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A Cop Whose K-9 Partner Died in a Hot Car May Have to Face Charges After All

When an Alabama police officer left his K-9 partner in their cruiser, the county initially wasn't going to press charges for the dog's death. Now a grand jury will decide.

Chris Hall  |  Jun 25th 2015


A police officer whose K-9 died after being left in the back of a hot car is going to have to face a grand jury. Initially, the police department said that no charges would be filed, but after public outcry, it has said that the investigation into the incident is ongoing.

Corporal Josh Coleman, of the Gulf Shores Police Department, was the handler for Mason, a community relations K-9 officer. Last Thursday, Coleman left Mason in the back of his cruiser while he was “between duties.” At first, neither Coleman nor the department could say how long Mason was in the car, but recently they’ve begun to say that it was about an hour before Coleman remembered and came back for the dog.

Mason was a community relations K9 officer (Screenshot)

Mason was a community relations K-9 officer. (Screenshot)

Regardless of how long Mason was in the car, when Coleman came back, he was in a lot of trouble from the heat. Coleman took him to a local vet. After initial treatment, Mason was transferred to an advanced facility in Pensacola, Florida, but to no avail. On Friday night, he died of respiratory failure.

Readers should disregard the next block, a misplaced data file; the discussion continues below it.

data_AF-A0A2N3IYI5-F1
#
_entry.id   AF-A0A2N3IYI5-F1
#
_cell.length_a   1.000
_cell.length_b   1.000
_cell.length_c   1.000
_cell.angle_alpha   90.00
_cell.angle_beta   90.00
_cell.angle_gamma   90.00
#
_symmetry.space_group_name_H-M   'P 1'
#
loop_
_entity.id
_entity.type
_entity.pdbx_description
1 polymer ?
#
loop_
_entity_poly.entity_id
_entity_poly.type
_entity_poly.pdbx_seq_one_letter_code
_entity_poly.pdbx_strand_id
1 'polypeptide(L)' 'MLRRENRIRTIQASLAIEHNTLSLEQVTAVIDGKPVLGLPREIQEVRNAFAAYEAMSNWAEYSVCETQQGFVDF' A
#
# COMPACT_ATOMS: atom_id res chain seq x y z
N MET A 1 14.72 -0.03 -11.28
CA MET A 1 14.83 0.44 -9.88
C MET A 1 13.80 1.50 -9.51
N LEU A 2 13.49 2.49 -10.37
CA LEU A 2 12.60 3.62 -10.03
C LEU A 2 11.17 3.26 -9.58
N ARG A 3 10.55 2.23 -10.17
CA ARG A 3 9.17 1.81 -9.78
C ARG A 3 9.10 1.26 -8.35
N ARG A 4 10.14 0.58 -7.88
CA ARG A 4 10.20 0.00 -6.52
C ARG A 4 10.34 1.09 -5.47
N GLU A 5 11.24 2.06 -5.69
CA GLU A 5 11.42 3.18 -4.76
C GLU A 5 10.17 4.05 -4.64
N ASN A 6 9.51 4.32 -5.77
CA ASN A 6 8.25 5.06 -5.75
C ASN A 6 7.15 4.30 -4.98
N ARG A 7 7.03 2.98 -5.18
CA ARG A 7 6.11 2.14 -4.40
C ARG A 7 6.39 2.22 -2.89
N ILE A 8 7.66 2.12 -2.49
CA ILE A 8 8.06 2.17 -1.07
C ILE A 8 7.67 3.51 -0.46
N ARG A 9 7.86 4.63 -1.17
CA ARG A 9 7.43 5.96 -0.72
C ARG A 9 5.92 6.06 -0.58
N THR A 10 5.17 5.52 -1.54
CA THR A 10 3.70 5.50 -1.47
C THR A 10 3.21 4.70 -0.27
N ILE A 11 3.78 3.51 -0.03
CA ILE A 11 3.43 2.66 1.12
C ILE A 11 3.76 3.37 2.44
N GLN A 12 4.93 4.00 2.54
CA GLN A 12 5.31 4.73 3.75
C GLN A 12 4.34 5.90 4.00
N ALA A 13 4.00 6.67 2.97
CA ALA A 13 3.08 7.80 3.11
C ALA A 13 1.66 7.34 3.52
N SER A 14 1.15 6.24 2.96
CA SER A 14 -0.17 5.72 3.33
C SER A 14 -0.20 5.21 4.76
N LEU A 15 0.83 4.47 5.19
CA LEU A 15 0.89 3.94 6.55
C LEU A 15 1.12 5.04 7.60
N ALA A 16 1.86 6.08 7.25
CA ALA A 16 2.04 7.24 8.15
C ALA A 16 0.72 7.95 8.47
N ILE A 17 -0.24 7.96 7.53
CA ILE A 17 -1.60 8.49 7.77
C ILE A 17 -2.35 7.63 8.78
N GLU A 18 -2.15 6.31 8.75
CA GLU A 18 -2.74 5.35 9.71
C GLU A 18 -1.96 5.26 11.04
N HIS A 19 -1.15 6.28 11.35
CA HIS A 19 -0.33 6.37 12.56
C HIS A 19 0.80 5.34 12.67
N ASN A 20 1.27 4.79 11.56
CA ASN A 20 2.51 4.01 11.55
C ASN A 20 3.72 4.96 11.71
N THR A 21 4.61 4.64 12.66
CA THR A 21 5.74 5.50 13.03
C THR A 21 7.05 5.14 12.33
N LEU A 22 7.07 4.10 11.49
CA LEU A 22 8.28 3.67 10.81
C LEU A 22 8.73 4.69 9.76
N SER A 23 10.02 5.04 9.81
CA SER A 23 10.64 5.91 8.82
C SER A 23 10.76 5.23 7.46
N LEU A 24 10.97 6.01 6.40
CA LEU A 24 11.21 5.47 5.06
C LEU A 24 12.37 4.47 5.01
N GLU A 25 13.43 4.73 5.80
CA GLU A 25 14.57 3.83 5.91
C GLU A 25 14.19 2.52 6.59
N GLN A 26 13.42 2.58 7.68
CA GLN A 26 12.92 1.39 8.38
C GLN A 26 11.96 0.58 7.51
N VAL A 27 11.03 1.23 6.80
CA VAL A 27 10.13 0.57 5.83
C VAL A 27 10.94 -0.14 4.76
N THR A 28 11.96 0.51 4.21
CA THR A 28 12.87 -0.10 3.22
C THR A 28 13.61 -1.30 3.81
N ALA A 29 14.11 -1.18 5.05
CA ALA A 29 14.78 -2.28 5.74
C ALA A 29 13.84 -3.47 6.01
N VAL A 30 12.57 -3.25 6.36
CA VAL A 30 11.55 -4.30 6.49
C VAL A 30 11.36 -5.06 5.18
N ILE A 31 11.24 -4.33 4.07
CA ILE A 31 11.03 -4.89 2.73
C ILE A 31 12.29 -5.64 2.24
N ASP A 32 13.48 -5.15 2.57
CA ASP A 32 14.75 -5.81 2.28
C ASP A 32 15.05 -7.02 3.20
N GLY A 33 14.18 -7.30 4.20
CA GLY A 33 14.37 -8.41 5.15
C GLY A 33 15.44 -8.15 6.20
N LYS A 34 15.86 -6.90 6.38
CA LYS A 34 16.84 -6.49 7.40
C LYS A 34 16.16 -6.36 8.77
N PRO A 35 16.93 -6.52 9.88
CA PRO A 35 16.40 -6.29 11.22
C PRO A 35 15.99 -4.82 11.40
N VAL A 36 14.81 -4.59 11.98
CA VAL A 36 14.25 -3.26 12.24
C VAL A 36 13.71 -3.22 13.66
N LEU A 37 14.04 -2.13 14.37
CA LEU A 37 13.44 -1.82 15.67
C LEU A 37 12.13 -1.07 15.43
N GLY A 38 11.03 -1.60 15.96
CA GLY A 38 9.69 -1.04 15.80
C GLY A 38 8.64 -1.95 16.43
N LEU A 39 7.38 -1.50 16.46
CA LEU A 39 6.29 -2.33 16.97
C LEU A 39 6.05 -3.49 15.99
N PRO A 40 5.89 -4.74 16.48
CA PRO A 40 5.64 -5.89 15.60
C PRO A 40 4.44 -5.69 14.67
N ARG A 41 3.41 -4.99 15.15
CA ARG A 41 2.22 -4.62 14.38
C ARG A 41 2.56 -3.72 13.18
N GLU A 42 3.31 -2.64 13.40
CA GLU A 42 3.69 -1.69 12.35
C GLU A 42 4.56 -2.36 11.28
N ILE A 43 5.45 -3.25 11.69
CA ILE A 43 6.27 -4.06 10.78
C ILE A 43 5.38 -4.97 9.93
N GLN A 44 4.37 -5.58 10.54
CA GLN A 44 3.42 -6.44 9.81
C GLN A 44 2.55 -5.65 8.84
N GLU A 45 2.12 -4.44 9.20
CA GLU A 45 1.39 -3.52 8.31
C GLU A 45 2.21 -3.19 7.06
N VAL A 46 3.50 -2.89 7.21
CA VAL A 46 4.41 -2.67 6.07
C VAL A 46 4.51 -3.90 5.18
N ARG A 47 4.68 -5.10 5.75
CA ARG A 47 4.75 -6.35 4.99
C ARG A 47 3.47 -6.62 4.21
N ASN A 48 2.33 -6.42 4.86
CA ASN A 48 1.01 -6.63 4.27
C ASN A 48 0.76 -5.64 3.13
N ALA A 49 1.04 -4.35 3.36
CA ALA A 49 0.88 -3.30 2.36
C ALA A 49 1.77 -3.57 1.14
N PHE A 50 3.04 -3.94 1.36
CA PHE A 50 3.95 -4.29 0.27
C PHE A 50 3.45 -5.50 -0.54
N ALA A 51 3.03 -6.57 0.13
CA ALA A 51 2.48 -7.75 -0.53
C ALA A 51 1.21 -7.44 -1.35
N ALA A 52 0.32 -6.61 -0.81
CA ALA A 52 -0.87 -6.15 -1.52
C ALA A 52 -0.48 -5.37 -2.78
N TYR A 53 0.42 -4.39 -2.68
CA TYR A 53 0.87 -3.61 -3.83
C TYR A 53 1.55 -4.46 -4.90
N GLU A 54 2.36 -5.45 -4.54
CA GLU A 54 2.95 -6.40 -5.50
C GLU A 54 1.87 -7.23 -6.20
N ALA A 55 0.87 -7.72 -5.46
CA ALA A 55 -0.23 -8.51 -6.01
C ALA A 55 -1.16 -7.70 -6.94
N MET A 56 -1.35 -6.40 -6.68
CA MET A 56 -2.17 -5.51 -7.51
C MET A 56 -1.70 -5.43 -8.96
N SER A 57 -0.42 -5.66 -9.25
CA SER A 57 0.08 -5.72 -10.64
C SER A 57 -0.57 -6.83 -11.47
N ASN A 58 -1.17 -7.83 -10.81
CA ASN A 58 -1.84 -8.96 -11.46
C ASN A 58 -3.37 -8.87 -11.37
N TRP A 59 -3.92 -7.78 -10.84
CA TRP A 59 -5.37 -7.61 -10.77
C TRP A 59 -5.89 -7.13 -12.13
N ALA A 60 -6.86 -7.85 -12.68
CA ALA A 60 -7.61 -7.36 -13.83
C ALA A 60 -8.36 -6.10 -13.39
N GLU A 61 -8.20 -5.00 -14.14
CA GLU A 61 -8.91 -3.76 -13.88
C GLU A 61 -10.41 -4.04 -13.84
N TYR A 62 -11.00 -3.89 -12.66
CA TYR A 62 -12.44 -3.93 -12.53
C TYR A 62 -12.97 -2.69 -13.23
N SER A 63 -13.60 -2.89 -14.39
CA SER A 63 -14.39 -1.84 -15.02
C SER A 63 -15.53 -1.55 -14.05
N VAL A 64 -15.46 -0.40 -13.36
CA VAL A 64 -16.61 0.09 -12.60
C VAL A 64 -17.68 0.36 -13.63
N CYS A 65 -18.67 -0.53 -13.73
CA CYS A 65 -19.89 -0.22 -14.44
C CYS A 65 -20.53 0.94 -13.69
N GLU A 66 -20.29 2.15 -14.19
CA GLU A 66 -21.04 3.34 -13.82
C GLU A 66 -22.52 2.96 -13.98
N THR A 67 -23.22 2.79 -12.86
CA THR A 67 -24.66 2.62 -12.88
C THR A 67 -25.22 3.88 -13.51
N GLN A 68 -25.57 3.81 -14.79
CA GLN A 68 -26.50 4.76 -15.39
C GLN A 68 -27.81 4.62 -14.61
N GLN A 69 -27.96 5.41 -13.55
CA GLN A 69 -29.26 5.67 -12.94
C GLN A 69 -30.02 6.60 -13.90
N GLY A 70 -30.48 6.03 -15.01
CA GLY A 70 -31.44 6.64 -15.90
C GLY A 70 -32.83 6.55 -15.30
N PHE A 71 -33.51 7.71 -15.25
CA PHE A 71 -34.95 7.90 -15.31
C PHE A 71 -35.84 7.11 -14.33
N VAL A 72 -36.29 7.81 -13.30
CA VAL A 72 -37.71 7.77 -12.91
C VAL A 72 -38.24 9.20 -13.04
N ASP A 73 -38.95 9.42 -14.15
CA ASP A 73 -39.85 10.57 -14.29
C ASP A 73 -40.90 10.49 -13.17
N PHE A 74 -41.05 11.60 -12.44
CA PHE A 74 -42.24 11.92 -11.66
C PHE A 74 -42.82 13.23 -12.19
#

Most police dogs in Gulf Shores ride in cars that are specially equipped to avoid this exact situation. They include heat alarms, water dishes, and other precautions. However, Mason was a community relations dog whose duties usually didn’t include engaging with suspects, so Coleman’s car didn’t have any of the usual K-9 equipment.

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Mason at work. (Screenshot)

Had anyone else’s dog died as a result of being left in a car, it would almost certainly been seen as an example of callous neglect. However, following Mason’s death, the Gulf Shores Police Department issued a statement describing it as an unfortunate mishap:

“This is a tragic occurrence that has left the entire organization mourning a terrible loss,” it said. “It also illustrates how easy it is to become distracted, and how quickly heat can affect those that we love that are particularly vulnerable to it.”

Initially, the D.A. said that no charges would be filed. That changed on Tuesday, however, when the grand jury was announced. The D.A.’s office now says that charges may be filed against Coleman depending on the jury’s decision.

Via NBC News and WMAZ

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